Today’s motorcycles are mostly press and play. You turn a key, press a button, and the engine automatically starts. But back in the day, it wasn’t so simple. To get a motorcycle going, you had to kick-start it. Are you a motorcycle enthusiast, then it’s best for you to check out this kawasaki z400 for sale here if you want to purchase quality used motorcycles!
Here’s how it works: You put the motorcycle into neutral. Then you put your foot and body-weight down on what’s called “the kick.” At the bottom of your foot-stroke, the motorcycle should start. If not, you have to go through the process again.
It’s old-school cool to kick-start a motorcycle. You feel like a true rebel without a cause.
Well, youth leaders are called to be rebels with a cause—the cause of Christ to “go and make disciples” and equip their teenagers to do the same.
I wish there were a press-and-play button that would help you automatically do this. Unfortunately there isn’t. Youth leaders who do this well must kick-start their group’s evangelism efforts.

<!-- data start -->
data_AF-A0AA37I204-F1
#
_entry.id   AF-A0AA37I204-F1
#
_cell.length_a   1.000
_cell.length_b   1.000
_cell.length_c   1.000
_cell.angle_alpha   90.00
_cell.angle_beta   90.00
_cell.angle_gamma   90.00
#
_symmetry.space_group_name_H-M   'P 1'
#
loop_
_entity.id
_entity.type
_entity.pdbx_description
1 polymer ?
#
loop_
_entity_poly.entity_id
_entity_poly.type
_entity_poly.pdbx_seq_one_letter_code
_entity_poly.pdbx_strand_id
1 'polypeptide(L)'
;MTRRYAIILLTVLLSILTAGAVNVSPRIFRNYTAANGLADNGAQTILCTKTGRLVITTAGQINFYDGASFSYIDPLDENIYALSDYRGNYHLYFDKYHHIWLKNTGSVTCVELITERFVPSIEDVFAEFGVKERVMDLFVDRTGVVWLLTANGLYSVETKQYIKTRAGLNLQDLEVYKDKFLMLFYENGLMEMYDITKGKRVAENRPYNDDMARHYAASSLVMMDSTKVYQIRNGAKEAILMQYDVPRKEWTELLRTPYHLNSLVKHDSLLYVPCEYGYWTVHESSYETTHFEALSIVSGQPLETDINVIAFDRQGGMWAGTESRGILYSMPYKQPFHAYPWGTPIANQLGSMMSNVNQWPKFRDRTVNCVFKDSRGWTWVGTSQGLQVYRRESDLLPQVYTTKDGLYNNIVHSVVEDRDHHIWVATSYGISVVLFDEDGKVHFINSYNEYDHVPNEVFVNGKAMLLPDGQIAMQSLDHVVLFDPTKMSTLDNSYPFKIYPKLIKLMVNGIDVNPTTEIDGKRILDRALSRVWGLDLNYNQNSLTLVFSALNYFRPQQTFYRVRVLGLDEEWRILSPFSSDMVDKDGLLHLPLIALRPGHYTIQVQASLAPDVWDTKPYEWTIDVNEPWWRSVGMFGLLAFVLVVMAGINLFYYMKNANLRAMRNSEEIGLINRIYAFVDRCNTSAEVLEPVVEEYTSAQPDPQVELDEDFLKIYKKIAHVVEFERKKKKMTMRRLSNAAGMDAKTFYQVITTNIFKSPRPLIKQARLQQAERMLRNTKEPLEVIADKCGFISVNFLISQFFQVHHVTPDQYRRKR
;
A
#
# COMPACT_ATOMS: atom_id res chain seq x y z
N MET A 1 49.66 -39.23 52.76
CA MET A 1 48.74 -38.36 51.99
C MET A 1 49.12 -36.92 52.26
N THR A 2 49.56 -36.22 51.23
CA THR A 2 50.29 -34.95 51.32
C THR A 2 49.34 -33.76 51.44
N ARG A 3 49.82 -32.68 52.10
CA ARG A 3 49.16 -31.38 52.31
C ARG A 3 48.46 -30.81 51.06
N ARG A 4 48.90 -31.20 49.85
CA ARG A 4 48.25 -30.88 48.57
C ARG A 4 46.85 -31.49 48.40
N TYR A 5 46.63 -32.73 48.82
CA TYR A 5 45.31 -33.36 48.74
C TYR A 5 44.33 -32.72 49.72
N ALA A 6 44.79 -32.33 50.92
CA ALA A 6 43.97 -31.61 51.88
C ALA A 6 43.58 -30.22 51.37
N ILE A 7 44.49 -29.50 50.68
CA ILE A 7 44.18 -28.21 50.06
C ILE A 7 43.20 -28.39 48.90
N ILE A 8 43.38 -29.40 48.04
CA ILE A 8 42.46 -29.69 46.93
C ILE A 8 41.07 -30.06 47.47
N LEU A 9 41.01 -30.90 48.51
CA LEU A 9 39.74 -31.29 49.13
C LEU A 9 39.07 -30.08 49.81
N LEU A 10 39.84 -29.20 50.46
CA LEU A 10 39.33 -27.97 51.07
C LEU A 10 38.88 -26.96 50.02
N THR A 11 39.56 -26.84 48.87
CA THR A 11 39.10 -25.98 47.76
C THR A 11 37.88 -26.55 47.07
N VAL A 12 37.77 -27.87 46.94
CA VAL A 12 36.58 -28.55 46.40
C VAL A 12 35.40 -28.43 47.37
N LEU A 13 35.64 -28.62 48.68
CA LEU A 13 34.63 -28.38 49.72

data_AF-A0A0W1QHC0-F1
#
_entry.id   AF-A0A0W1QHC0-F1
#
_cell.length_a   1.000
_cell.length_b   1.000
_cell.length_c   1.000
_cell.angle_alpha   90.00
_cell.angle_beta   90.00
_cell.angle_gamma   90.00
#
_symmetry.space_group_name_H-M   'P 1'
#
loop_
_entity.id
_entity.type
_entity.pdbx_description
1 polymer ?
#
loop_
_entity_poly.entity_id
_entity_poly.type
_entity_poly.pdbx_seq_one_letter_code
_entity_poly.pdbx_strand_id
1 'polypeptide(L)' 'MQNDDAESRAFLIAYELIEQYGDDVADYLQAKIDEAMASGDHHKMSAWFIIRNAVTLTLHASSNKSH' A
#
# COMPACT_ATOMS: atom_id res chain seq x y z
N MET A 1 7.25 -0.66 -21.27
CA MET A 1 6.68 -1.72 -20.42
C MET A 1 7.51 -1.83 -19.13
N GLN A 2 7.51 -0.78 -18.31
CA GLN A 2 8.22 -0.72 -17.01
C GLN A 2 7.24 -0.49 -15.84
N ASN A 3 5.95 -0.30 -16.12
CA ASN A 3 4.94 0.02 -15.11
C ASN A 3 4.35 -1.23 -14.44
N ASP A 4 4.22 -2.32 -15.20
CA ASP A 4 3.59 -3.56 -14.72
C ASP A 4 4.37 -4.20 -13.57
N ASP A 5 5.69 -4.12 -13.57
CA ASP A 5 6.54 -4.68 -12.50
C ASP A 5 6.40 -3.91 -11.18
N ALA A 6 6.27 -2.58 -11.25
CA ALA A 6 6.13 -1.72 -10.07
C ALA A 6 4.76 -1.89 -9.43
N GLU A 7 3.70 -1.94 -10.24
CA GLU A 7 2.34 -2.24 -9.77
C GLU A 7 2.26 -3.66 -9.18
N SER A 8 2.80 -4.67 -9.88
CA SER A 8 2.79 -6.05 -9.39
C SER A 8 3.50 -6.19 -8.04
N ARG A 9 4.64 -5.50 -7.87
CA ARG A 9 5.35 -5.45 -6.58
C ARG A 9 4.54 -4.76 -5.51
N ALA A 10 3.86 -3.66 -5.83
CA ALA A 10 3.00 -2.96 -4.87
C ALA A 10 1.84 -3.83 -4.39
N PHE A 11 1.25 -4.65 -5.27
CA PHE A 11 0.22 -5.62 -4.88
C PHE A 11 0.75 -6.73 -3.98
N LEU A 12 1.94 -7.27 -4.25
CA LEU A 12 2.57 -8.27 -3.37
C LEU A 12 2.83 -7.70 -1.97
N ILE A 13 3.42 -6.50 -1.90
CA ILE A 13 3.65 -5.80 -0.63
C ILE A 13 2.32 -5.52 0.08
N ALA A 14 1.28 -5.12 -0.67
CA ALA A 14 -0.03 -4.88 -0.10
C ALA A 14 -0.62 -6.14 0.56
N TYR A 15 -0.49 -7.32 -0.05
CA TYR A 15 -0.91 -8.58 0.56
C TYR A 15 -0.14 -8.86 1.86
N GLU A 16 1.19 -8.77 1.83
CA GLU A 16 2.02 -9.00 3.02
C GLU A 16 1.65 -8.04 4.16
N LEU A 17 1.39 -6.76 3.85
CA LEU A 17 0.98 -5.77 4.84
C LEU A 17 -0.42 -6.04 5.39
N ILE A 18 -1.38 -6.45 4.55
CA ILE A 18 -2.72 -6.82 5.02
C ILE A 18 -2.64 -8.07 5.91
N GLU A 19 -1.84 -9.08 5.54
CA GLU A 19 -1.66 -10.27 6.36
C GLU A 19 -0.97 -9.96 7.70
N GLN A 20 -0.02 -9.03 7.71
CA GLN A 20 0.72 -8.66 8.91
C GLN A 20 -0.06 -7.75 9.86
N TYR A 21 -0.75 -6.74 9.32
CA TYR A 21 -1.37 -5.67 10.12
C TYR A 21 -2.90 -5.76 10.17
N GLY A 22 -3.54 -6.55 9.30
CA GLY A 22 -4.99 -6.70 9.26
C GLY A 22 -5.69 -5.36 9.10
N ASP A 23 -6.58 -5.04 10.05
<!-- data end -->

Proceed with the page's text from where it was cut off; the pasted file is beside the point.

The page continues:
Here are four proven ways to do that:
1. Give Them Gospel Urgency.
…snatch others from the fire and save them. (Jude 23)
Teenagers need to understand the urgency of the Gospel. As Jude reminds us, when we share the Gospel we’re snatching the lost from the flames of an eternal Hell. As Jesus reminds us in Matthew 9:36, we need to view the lost as “harassed and helpless, like sheep without a shepherd.”
Help your teenagers understand that their non-Christian friends need rescued from the Hell they’re headed to and the one they’re going through apart from Jesus.
2. Teach Them Gospel Fluency.
For what I received I passed on to you as of first importance: that Christ died for our sins according to the Scriptures, that He was buried, that He was raised on the third day, according to the Scriptures. (1 Corinthians 15:3-4)
Even the apostle Paul was trained in Gospel fluency. Someone trained him with a creedal summation of the Gospel (“what I received…”), and then he trained the Corinthians in that same creed (“I passed on to you…”).
In the same way, we must help our teenagers master the message of the Gospel before we teach them a method for sharing the Gospel.
God created us to be with Him. (Genesis 1–2)
Our sins separate us from God. (Genesis 3)
Sins cannot be removed by good deeds. (Genesis 4–Malachi 4)
Paying the price for sin, Jesus died and rose again. (Matthew–Luke)
Everyone who trusts in Him alone has eternal life. (John)
Life with Jesus starts now and lasts forever. (Acts–Revelation)
Here’s a link to some free curriculum based on this acrostic that we’ve used at Dare 2 Share to teach teenagers Gospel fluency.
3. Equip Them With a Gospel Strategy.
As was his custom, Paul went into the synagogue, and on three Sabbaths he reasoned with them from the Scriptures. (Acts 17:2)